London Diary| Sunak & Modi same to same? Not quite...
While India is all set for the 2024 Lok Sabha polls—some say may even advance them to benefit from a ‘Ram Mandir bounce’—the British PM would like to postpone elections till public opinion improves
India and Britain are both due to go to the polls in May.
But while India is all set to stick to the schedule—amid speculation that it may even be advanced to benefit from the ‘Ram Mandir bounce’—British prime minister Rishi Sunak may actually postpone the elections until the autumn, in the hope that his party’s and his own poll ratings may improve.
At the moment, only 6 per cent (yes, six per cent) of voters think the Conservatives have done a good job in government, while only 15 per cent of people believe the Tories are even fit for office. On the other side, 50 per cent of all voters say they would never vote Conservative under any circumstances.
Translation: If Sunak were to go to the polls tomorrow, Conservatives would be slaughtered and handing over the keys of 10 Downing Street to the Labour Party would be inevitable.
But hold your horses. A poll also found that 43 per cent of voters do not think Labour fit for office either, while another 29 per cent are unsure!
Both parties are preparing to step up campaigning in the New Year with a blitz of populist policies, which is pretty much what is going on in India.
Takeaway: Give or take inevitable cultural differences, politics and politicians everywhere are the same.
Forget Indian wrestling; sexism is also rife in British sport, including cricket.
The assiduously cultivated image of ‘gentlemen’ cricketers—never mind if a tad racist at times—is likely to lose some of its gloss thanks to a new book by a former woman cricketer and journalist.
Michele Savidge’s Between Overs: How Life Gets in the Way of Cricket is a withering account of widespread sexism and misogyny in cricket.
She recalls a series of ‘scary’ encounters with some big names in Test and county cricket.
One such worthy started getting leery within minutes of her getting into his car.
"You do know I’m going to f*** you later, don’t you?” the former England Test cricketer said as I got into the passenger seat of his plush car. He had collected me at some backwater train station north of London to drive me to a new business enterprise he was setting up,’ she writes.Michele Savidge, author of 'Between Overs: How Life Gets in the Way of Cricket'
She was so scared that she spent much of the time thinking of ways to escape if he tried to misbehave.
Finally, she told him: “Actually you aren’t. So, if you want to put that out of your mind, we can move on. If not, I will get out.”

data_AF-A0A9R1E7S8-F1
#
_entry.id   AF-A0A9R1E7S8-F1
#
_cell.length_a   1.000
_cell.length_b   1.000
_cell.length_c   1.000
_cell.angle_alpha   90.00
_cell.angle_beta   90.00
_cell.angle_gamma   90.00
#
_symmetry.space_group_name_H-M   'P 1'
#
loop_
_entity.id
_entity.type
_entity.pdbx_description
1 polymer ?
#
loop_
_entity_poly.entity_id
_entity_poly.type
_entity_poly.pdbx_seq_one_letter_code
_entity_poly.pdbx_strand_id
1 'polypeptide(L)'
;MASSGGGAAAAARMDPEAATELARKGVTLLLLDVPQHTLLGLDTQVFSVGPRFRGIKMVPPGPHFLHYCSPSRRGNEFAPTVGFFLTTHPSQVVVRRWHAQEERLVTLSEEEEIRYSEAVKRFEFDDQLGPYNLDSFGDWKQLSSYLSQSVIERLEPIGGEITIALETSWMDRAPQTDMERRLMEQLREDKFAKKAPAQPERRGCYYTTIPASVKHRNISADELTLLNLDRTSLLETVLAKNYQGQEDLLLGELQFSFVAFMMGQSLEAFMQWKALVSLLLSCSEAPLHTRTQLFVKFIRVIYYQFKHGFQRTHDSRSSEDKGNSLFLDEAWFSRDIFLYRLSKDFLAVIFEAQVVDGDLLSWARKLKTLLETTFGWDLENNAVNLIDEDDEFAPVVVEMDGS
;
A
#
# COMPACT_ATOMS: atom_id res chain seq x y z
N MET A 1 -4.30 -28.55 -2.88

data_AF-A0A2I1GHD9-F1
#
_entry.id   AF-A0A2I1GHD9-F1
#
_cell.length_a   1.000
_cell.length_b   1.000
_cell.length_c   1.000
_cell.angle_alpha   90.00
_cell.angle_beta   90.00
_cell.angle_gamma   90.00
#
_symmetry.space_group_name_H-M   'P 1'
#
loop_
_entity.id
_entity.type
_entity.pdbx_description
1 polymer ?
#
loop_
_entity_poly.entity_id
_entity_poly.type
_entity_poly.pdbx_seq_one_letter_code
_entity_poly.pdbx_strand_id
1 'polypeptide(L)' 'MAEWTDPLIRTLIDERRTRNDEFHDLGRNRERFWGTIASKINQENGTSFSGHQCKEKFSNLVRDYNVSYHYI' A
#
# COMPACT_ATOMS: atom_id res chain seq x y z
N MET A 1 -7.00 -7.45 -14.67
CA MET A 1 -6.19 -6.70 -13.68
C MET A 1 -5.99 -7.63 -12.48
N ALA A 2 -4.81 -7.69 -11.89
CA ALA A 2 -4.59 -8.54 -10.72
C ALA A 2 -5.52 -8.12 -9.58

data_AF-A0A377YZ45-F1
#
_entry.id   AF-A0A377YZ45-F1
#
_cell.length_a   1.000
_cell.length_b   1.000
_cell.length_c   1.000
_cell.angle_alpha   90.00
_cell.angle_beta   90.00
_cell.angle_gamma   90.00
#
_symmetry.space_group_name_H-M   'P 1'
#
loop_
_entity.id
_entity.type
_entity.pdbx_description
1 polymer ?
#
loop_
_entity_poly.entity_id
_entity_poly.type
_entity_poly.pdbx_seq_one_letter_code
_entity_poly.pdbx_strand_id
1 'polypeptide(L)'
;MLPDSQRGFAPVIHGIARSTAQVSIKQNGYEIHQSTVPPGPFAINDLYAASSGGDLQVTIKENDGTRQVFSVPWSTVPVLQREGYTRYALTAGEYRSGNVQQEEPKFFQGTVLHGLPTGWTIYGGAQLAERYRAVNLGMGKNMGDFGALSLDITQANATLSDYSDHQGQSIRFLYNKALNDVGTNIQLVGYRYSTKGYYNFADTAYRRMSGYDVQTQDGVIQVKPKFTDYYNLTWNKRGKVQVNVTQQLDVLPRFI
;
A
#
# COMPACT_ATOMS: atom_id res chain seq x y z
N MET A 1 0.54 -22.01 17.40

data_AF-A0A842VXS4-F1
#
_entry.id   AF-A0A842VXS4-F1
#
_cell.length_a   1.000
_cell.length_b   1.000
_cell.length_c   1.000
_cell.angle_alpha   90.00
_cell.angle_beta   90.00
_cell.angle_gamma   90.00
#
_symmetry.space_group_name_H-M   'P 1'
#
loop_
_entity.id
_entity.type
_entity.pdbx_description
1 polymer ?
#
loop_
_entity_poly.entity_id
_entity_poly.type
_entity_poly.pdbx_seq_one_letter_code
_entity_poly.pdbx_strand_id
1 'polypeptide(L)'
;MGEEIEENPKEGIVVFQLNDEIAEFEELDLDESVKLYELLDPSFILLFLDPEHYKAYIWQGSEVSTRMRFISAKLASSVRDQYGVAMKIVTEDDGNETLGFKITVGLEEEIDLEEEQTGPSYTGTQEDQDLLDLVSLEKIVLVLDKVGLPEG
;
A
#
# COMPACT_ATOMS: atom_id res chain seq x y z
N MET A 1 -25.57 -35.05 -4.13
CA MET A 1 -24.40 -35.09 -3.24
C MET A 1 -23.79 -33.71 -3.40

‘“Oh!” he replied, a slight smirk on his face. “Okay then. Well, that is disappointing.”’
Another cricketing legend, for whom, she says, she had “the utmost respect”, lost no time flirting with her.
I couldn’t wait to meet this cricketing icon and ask him a ton of questions. I shook his hand, said I was honoured to meet him and sat down, him on my right-hand side. With seemingly no time for any pleasantries, he reached his arm over my waist, grabbed my left hand and jabbed at my ring finger. “Oh! You’re not married then?” he asked.Michele Savidge, author of 'Between Overs: How Life Gets in the Way of Cricket'
On another occasion, an Olympic gold medallist ‘began pawing at me and making lecherous comments from the moment we were introduced’.
Such are the incidents narrated in the book, most of them having occurred before the #MeToo movement. Things might have improved lately, but a lot still remains to be done.
Love for London is forever
English writer Samuel Johnson famously said, “When a man is tired of London, he is tired of life.”
In recent years, plenty of Londoners indeed appeared to have got ‘tired of life’ as they left the city in search of the quiet countryside. A trend that was accelerated by the pandemic.
But now, it seems, they are coming back.
The number of Londoners leaving the capital fell to its lowest level for nine years in 2023, signalling an end to the Covid-era ‘race for space’, according to real-estate analysts.
Among the reasons for this U-turn is the realisation that life in the countryside is not as romantic as imagined. Young people, especially, found the inconveniences (poor transport, lack of social life, etc.) that come with pastoral living too much to endure.
“This meant that once I had moved to London, there was little to attract me back to the countryside. I love having shops, restaurants, gyms and museums all within walking distance of my flat,” said Clementine Hudson, a young professional.
Xmas gifting gone wrong
Selecting a gift is always a gamble. One in four Britons received an unwanted Christmas present last year.
One woman reported receiving anti-wrinkle cream from her husband. Another person said they had been given chocolate by their father despite being intolerant to milk, while a vegan said they had received a dead chicken from a butcher friend.
A dead chicken? Really?
And, finally, this from a disgusted Londoner in a letter to the Times: ‘London is the dirtiest, noisiest, smelliest, most impersonal and non-British city in the country. Why anyone lives there is totally beyond me.’